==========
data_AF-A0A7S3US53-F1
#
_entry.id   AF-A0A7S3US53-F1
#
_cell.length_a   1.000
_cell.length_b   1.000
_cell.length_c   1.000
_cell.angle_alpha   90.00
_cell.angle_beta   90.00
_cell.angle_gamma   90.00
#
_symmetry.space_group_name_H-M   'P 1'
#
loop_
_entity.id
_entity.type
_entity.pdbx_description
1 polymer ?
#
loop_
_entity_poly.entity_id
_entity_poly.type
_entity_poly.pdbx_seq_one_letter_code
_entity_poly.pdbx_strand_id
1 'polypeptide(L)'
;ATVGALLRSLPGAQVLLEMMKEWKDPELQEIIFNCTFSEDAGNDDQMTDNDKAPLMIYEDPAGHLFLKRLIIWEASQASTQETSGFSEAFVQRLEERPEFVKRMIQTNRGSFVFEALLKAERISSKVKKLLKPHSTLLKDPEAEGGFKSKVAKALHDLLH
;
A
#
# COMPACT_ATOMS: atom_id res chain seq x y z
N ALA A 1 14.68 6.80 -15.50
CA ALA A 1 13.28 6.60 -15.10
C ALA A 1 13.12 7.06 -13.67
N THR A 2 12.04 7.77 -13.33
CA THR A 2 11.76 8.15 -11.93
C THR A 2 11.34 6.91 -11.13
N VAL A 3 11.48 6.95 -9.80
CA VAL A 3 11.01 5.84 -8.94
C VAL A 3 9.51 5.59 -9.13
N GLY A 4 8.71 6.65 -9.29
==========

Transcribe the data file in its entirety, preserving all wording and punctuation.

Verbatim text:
data_AF-A0A7S3US53-F1
#
_entry.id   AF-A0A7S3US53-F1
#
_cell.length_a   1.000
_cell.length_b   1.000
_cell.length_c   1.000
_cell.angle_alpha   90.00
_cell.angle_beta   90.00
_cell.angle_gamma   90.00
#
_symmetry.space_group_name_H-M   'P 1'
#
loop_
_entity.id
_entity.type
_entity.pdbx_description
1 polymer ?
#
loop_
_entity_poly.entity_id
_entity_poly.type
_entity_poly.pdbx_seq_one_letter_code
_entity_poly.pdbx_strand_id
1 'polypeptide(L)'
;ATVGALLRSLPGAQVLLEMMKEWKDPELQEIIFNCTFSEDAGNDDQMTDNDKAPLMIYEDPAGHLFLKRLIIWEASQASTQETSGFSEAFVQRLEERPEFVKRMIQTNRGSFVFEALLKAERISSKVKKLLKPHSTLLKDPEAEGGFKSKVAKALHDLLH
;
A
#
# COMPACT_ATOMS: atom_id res chain seq x y z
N ALA A 1 14.68 6.80 -15.50
CA ALA A 1 13.28 6.60 -15.10
C ALA A 1 13.12 7.06 -13.67
N THR A 2 12.04 7.77 -13.33
CA THR A 2 11.76 8.15 -11.93
C THR A 2 11.34 6.91 -11.13
N VAL A 3 11.48 6.95 -9.80
CA VAL A 3 11.01 5.84 -8.94
C VAL A 3 9.51 5.59 -9.13
N GLY A 4 8.71 6.65 -9.29